Bandcamp or Bust | Music | Salt Lake City Weekly

Bandcamp or Bust 

Catch up with new music by local arts on Bandcamp's day.

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For the past few months, Bandcamp has been doing its part to help small artists gain back some of the income lost from canceled tours and shows by waiving fees for 24-hours at the beginning of each month. Salt Lake City has its own share of impacted local artists who use the platform to showcase and sell their music to fans, local and non-local alike. Below are a few artists who have released work in recent months, and who deserve your attention. That's not to say, of course, that you shouldn't take the time to dig through the dozens and dozens more that are available. Feel free to browse back on our coverage of local acts over the past few months to help jog your memory. Recall your favorite live local show from last year, and track that artist down on Bandcamp. Chances are, they're there and need your support. Hop on on June 5 to support our locals. Be sure to get online early, as so many folks have been flooding the site, the longer you wait, the more it might lag. So don't lag yourself!

1. Eichlers - Scene Kids (Feb 1, 2020)
The SLC punk and emo scene is a tuff and ruff one, but when combined with the emo trap stylings popular on the Internet over the last few years? Well, then the locals who make up our little corner of that world are unstoppable. After Eichlers (Russ Wood, also of Breakfast in Silence) became infatuated with the beat-filled world of emo trap—which combines the emo sensibilities and somber guitar parts of the punk off-shoot genre with the hazy beats of trap—they found there were too many beats to work with, and so opened them up to friends in the scene who could take the instrumentals and do with them what they would. That became the aptly titled Scene Kids, a compilation of works by the close-knit community, including names like Picnics At Soap Rock, Aureoles and Portal to the God Damn Blood Dimension, with mastering by dream-pop expert Kamree. Ranging from the melodic to the charmingly abrasive, this collaborative gem is not to be missed.


2. Cap'n Obvi - her majesty in end times (April 25, 2020)
Reclusive and underground local artist Skyler Bush—aka Cap'n Obvi, former member of SLC's now-defunct but well-loved noisy slacker rock four-piece Chalk—has quietly been putting out scraps of lo-fi, post-punk goodness since 2018 as a solo act. Although the lack of a full band has prevented them from playing sets, they're still well worth paying attention to. With the April release of their third album, the appropriately titled her majesty in end times, Cap'n Obvi seems to be coming out of their self-made fuzzy shell a bit, with guitar parts carried by more clarity than usual, and a dark glittering, compelling jangle that marks much good post-punk. Vocals are more present too, carrying some attitude that propels it beyond mere noise album status. Any post-punk aficionados will appreciate what Cap'n Obvi has achieved here, and should look forward to more in the future.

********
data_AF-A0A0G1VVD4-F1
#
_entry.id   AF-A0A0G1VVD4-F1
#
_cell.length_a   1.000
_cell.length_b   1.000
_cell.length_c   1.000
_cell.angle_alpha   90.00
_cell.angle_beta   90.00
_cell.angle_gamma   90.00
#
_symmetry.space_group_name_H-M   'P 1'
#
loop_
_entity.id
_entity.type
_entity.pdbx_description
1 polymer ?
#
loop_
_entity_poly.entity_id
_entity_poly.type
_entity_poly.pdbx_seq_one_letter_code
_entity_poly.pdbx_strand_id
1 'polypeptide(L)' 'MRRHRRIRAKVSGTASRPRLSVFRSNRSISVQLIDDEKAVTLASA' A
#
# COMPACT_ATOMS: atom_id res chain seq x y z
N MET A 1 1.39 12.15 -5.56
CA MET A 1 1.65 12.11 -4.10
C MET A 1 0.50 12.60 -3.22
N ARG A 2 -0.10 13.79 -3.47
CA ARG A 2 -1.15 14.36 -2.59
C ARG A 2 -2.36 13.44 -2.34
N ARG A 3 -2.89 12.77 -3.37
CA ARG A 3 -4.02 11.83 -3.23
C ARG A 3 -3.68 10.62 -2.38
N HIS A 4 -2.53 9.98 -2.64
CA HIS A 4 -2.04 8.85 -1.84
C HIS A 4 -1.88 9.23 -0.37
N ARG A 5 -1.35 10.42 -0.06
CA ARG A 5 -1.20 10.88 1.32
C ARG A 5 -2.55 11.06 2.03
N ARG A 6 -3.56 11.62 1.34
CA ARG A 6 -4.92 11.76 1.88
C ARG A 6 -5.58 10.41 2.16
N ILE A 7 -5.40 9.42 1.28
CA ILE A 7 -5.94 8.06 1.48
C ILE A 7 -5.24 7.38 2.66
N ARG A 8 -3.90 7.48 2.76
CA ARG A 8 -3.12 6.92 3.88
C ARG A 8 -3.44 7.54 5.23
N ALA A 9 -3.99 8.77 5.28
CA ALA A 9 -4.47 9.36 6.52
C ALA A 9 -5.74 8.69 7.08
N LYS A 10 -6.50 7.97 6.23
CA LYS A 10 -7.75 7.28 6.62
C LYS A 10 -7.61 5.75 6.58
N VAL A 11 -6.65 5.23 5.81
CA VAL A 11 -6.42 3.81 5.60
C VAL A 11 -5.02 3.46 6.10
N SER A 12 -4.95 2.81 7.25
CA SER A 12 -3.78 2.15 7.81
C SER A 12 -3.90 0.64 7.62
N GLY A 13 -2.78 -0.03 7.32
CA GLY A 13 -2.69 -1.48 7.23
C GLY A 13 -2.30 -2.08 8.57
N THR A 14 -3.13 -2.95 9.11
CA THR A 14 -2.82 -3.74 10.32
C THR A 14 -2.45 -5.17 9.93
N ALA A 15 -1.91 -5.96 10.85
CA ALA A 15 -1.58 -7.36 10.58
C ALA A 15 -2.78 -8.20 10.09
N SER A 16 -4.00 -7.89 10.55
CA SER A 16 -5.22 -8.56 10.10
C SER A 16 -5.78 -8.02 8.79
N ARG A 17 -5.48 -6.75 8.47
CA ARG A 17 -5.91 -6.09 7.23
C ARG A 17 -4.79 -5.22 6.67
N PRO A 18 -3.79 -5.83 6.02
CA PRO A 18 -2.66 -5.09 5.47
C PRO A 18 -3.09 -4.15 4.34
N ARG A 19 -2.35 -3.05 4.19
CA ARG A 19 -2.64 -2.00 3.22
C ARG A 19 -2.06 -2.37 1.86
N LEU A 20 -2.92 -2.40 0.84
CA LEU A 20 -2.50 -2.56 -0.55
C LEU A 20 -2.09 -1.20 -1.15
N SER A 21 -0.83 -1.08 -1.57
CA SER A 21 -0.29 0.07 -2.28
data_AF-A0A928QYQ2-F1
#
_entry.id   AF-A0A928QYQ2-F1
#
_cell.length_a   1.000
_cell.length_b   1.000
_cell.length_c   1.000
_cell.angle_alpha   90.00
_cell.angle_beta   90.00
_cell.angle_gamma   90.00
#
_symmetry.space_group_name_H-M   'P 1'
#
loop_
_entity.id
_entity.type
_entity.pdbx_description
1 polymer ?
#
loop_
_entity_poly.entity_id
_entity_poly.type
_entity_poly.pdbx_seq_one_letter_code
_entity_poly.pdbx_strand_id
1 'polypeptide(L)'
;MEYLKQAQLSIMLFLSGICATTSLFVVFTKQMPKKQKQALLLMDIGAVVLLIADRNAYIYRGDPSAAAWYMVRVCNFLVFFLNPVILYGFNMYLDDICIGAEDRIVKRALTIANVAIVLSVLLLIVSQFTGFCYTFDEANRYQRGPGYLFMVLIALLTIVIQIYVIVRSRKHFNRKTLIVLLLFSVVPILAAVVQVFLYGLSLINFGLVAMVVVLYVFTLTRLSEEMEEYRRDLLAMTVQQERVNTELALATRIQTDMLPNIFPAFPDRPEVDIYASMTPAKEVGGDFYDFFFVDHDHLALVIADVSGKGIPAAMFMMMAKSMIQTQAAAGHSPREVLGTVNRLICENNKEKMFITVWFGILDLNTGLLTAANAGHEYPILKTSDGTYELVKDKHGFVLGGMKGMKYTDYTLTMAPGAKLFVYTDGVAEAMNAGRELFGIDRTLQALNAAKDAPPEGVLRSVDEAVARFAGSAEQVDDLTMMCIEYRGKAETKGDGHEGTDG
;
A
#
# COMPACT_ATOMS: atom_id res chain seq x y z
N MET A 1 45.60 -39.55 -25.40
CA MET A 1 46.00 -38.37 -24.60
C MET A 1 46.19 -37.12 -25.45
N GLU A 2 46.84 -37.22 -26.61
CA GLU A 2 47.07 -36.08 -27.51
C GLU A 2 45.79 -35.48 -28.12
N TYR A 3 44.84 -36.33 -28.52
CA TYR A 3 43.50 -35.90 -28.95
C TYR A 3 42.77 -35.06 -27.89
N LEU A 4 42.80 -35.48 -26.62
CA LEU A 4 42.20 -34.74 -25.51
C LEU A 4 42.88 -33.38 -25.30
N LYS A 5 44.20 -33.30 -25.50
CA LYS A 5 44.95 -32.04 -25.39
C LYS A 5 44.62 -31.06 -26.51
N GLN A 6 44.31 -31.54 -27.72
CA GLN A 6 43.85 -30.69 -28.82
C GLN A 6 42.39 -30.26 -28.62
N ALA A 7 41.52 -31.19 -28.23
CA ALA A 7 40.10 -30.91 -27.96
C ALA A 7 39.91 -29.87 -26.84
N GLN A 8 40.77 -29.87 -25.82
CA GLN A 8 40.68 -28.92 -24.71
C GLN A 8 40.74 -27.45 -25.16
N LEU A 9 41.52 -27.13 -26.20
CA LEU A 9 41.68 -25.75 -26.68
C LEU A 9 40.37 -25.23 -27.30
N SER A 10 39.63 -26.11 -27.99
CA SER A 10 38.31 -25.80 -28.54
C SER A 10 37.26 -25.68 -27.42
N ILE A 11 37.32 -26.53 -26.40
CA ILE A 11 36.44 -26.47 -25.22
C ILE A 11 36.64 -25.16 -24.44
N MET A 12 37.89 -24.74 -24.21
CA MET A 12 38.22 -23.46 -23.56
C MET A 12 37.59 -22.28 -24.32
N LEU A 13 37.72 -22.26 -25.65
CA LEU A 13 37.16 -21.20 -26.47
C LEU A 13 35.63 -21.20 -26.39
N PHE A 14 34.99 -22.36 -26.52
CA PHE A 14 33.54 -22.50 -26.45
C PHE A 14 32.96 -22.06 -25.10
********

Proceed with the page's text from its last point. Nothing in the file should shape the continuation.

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3. Josaleigh Pollett - No Woman Is The Sea (March 12, 2020)
An experimentalist with all the classic roots to keep her music from flying away from her, Josaleigh Pollett has been making a name for herself locally for more than a decade. Ranging in the past from the folksy—twee of 2009's Body of Water to 2012's country-tinged Salt and finally to the soft-spoken indie-folk of 2017's Strangers, Pollett has found a way to consolidate her inclinations into near indie-pop perfection on her latest album. No Woman Is The Sea features strong production, linking the old with the new—the new being spirited keyboard work and more upbeat movement than usual. It makes for a Pollett record like none before and, dare I say, a stronger one. Songs like "Weightless" and "Body" are wells of gentle-yet-compelling melancholy, while the single "Craigslistless" is a melodic spot of sunshine that evokes like-minded indie darlings such as Madeline Kinney. Pollett has got something good here—the kind of work that will turn up something new at each listen.


4. Peachy Fingernail - Radishes (May 1, 2020)
If it's comfort you crave during these wacky times, then settle into the 20-track debut by Peachy Fingernail's Polly Llewellyn. A set by Peachy Fingernail at the Twilite Lounge once almost lulled me into a sweet doze, which isn't a mark against her. Her music, played with the use of looped guitar parts, feels like the warmest of hands holding your own, and yet contains enough points of interest and funky parts ("Turkey Vulture Girl") to keep any listener intrigued. Half the tracks are very short, playfully cycling through riffs like those on "Uncanny/Older." What could feel lackadaisical is kept aloft by tiny, endearing plucks that sound like they're indeed done by a fingernail, and kept serious by a lingering feeling of only-partly gloomy introspection. As it rotates between the dark and the light, the album addresses loss, the fragility of family and somewhere in there, the importance of one's own life. A special album by an interesting new local talent, this is one to let wash over you on some quiet day.

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Erin Moore

Erin Moore

Erin Moore is City Weekly's music editor. Email tips to:

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